No one is going to question Silicon Valley's technology chops.

Dreamers come here from around the world to build the future, the next big things that are going to change the way we work and live. There are app makers, device designers, data crunchers, cloud seeders, networking gurus (social and telecommunication). The place practically crackles with innovation.

So what's up with the valley's schools? Why are some of them creaking along with museum-grade technology? Why are many teachers on their own when trying to figure out what gizmos or innovations to bring into their classrooms to help their students do better?

"Everyone comes to the valley for phones and search and silicon," says Muhammed Chaudhry, CEO of the nonprofit Silicon Valley Education Foundation. "No one comes here for education innovation."

Well, no one comes in a big way, anyway, Chaudhry says, and that's largely because it's hard for educational technology inventors to get noticed. "They build something great," he says, "and they try it at their kids' school. And then they can't get scale, because nobody knows who they are."

On the flip side, faced with a barrage of untested products from obscure companies, how are teachers and administrators supposed to figure out which tech solutions make sense in the classroom?

Given his line of work, it's a situation that has eaten at Chaudhry and his crew for some time. It may be that Silicon Valley schools aren't much different from schools elsewhere, but that's beside the point. Why shouldn't schools be receiving the full benefit of our race to the digital future?

With the help of the Bill & Melinda Gates Foundation and the NewSchools Venture Fund, Chaudhry and company decided that it was time to shake things up. Why not hold a competition -- a competition, if you must know, based on the reality show "Shark Tank," in which entrepreneurs pitch their ideas to a panel of cranky investors?

Hey, desperate times and all that. Despite the gimmick, the bigger idea is promising. The companies in this case aren't competing for funding, but instead for the kind of focus group any company would kill for.

The education foundation's idea is to match entrepreneurs working on educational technology with classroom teachers who have shown creativity in deploying innovation in the interest of learning. The experiment, which the education foundation is calling the iHub Pitch Games, kicked off this week on the 18th floor of a downtown San Jose office tower. Ten companies, selected from 80 original applicants, had three minutes to convince a panel of educators and then a panel of business brains that their ideas would be a difference maker in middle school math classes.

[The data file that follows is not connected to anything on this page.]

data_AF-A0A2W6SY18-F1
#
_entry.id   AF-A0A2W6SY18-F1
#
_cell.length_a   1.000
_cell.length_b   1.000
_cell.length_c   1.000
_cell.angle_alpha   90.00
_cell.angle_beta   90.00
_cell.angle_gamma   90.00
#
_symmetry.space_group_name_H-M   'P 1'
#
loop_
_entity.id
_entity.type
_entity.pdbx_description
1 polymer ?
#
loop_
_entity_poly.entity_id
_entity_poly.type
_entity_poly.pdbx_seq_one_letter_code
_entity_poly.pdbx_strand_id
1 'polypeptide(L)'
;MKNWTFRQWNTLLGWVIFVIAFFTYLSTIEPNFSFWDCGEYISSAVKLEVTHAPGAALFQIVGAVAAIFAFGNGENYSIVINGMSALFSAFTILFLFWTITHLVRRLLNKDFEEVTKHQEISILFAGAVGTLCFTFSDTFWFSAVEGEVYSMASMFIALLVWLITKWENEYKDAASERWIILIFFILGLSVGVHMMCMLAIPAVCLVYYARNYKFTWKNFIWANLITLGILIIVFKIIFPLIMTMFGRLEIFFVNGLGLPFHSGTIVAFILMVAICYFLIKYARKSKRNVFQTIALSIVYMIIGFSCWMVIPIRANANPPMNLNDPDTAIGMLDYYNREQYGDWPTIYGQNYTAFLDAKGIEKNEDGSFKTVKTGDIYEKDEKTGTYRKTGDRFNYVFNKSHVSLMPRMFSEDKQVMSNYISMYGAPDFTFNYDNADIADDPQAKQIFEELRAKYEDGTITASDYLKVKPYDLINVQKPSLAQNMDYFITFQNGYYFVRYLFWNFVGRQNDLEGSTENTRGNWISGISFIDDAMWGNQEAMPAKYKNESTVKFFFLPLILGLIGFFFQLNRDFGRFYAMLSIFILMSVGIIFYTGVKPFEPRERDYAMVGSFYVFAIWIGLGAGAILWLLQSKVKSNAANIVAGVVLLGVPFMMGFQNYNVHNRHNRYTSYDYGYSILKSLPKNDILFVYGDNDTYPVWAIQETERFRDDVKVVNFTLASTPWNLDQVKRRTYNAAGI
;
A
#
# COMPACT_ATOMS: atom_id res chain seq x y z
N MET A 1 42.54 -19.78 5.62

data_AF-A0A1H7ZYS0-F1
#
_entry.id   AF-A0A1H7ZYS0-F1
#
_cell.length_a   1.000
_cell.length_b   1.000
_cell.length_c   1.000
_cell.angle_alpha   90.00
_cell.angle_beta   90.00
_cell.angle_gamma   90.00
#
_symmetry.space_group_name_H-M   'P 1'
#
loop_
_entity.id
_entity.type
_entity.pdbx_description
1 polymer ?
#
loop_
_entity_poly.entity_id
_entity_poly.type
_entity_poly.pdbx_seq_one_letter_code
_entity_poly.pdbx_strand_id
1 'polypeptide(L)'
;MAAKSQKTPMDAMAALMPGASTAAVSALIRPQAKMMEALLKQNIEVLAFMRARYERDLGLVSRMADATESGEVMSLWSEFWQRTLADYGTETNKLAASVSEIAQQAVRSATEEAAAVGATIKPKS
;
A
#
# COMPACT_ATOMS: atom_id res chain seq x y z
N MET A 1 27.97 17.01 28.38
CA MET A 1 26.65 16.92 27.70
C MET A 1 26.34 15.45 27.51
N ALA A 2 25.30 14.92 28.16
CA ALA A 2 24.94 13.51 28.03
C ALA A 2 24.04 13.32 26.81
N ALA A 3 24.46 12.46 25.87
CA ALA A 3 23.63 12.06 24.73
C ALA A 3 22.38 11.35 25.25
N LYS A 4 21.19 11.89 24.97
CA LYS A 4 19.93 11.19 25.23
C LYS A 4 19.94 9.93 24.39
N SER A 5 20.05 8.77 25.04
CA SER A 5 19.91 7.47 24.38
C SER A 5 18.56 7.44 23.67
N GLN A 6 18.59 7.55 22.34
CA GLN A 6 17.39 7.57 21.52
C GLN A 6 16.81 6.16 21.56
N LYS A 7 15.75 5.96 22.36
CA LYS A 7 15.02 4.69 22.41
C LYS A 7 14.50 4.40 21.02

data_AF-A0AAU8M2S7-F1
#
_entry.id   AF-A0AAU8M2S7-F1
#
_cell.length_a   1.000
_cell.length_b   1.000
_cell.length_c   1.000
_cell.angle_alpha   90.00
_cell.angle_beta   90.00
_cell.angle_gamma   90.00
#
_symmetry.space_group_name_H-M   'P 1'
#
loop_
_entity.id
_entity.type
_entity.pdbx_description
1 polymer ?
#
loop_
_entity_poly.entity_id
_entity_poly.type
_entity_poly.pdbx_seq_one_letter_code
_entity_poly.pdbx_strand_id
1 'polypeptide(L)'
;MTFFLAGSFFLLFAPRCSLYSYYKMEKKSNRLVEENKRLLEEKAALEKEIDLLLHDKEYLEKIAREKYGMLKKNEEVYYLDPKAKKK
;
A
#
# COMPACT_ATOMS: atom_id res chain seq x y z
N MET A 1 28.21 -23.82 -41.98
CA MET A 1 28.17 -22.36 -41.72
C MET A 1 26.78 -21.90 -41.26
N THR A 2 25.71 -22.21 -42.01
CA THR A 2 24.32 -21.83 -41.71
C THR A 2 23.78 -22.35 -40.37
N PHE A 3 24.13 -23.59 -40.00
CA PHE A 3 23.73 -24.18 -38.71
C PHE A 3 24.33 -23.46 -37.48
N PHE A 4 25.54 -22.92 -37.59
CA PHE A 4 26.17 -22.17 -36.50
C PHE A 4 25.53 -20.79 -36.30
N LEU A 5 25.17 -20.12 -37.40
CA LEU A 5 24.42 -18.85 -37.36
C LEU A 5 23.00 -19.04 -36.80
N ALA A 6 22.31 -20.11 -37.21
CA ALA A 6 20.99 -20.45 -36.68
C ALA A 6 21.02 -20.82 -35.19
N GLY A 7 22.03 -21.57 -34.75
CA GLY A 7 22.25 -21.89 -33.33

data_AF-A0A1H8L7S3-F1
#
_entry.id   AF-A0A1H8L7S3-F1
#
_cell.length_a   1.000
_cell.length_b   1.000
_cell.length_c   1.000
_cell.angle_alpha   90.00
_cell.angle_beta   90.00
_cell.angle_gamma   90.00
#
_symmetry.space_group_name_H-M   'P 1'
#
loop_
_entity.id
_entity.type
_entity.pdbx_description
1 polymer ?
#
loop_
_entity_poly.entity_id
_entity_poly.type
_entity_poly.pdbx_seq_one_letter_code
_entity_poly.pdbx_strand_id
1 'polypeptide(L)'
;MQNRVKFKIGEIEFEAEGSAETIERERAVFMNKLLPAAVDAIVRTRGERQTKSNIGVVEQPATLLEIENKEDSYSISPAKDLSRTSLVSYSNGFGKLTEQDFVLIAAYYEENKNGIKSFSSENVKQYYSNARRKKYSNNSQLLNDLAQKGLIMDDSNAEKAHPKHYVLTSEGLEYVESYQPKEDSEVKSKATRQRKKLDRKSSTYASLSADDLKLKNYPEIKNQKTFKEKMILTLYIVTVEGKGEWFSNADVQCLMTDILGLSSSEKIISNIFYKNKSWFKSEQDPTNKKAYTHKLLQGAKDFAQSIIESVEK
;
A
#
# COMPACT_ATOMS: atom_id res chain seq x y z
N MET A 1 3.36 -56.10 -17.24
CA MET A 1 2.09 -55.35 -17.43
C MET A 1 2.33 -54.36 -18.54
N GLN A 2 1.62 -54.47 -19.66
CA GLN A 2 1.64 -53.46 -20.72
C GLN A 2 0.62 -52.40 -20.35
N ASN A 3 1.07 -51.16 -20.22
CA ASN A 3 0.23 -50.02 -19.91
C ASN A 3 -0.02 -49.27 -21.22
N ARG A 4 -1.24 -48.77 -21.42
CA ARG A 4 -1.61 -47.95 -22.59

The four most impressive companies would win the chance to have eight local teachers put their technology to work in their classes for the rest of the year. They'll report back on how and whether the technology improved their students' performance -- information that will prove helpful to the teachers in Silicon Valley and beyond.

While the startups offered different approaches to take tackle different challenges, some general themes emerged. The key features offered in the Web and mobile products provided a way for teachers (and the products themselves) to tailor lessons and assignments to individual students based on their mastery of the material, while at the same time allowing teachers to monitor in real time how each student was doing while working on problems.

The competition was a day for startup chic featuring energetic entrepreneurs in bluejeans and sports coats, casual slacks and running shoes, bobbing and weaving as judges threw questions at them about common core standards, pedagogy, business plans, scaling up, competition, differentiation and on and on.

In the end, four of the 10 survived the gantlet and won the chance to be unleashed in local classrooms. And the winners are: Blendspace, a San Francisco company that helps teachers create digital lessons using Web-based content; Front Row Education, of San Francisco, which generates individual quizzes for students and tracks their progress as they work through problems; LearnBop, a New York company offering an automated tutoring system with content written by veteran math teachers; and Zaption, a San Francisco company that lets teachers use existing online videos as lessons by adding quizzes, discussion sections, images and text.

"This is just a great opportunity to even see what's out there," says Rachelle Soroten, a Burnett Middle School math teacher, who attended the Shark Tank competition and will be among the eight teachers battle testing the winning entries. "Otherwise, I have to try it out on my own and that's a lot of trial and error."

And, of course, once Soroten and her fellow teachers are able to report back on the pluses and minuses of the products they are trying, many more teachers will have much more to go on when trying to decide what might be best for their students.

Contact Mike Cassidy at mcassidy@mercurynews.com or 408-920-5536. Follow him at Twitter.com/mikecassidy.